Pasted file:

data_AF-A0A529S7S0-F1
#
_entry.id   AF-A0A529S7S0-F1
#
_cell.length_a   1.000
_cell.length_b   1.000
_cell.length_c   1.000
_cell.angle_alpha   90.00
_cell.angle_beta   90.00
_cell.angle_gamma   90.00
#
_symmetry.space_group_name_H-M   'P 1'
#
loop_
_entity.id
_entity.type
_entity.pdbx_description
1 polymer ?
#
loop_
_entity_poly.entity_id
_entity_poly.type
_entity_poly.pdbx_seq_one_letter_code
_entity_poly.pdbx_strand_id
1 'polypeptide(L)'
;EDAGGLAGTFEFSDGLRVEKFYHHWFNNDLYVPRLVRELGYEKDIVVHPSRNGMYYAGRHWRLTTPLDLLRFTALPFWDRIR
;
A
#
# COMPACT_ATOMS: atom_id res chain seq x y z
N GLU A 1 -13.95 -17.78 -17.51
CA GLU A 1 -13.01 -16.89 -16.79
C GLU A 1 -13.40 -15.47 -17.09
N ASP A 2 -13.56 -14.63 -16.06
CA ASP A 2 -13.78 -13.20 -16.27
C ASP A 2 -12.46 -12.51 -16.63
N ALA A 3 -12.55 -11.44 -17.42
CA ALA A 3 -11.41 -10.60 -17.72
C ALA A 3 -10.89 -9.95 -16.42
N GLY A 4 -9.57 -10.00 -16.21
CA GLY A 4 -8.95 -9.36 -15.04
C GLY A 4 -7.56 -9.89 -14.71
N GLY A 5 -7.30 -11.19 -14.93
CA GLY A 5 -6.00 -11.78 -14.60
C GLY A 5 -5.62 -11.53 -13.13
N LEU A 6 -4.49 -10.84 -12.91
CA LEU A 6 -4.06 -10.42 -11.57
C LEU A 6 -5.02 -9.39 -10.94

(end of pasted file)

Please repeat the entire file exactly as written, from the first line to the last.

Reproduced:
data_AF-A0A529S7S0-F1
#
_entry.id   AF-A0A529S7S0-F1
#
_cell.length_a   1.000
_cell.length_b   1.000
_cell.length_c   1.000
_cell.angle_alpha   90.00
_cell.angle_beta   90.00
_cell.angle_gamma   90.00
#
_symmetry.space_group_name_H-M   'P 1'
#
loop_
_entity.id
_entity.type
_entity.pdbx_description
1 polymer ?
#
loop_
_entity_poly.entity_id
_entity_poly.type
_entity_poly.pdbx_seq_one_letter_code
_entity_poly.pdbx_strand_id
1 'polypeptide(L)'
;EDAGGLAGTFEFSDGLRVEKFYHHWFNNDLYVPRLVRELGYEKDIVVHPSRNGMYYAGRHWRLTTPLDLLRFTALPFWDRIR
;
A
#
# COMPACT_ATOMS: atom_id res chain seq x y z
N GLU A 1 -13.95 -17.78 -17.51
CA GLU A 1 -13.01 -16.89 -16.79
C GLU A 1 -13.40 -15.47 -17.09
N ASP A 2 -13.56 -14.63 -16.06
CA ASP A 2 -13.78 -13.20 -16.27
C ASP A 2 -12.46 -12.51 -16.63
N ALA A 3 -12.55 -11.44 -17.42
CA ALA A 3 -11.41 -10.60 -17.72
C ALA A 3 -10.89 -9.95 -16.42
N GLY A 4 -9.57 -10.00 -16.21
CA GLY A 4 -8.95 -9.36 -15.04
C GLY A 4 -7.56 -9.89 -14.71
N GLY A 5 -7.30 -11.19 -14.93
CA GLY A 5 -6.00 -11.78 -14.60
C GLY A 5 -5.62 -11.53 -13.13
N LEU A 6 -4.49 -10.84 -12.91
CA LEU A 6 -4.06 -10.42 -11.57
C LEU A 6 -5.02 -9.39 -10.94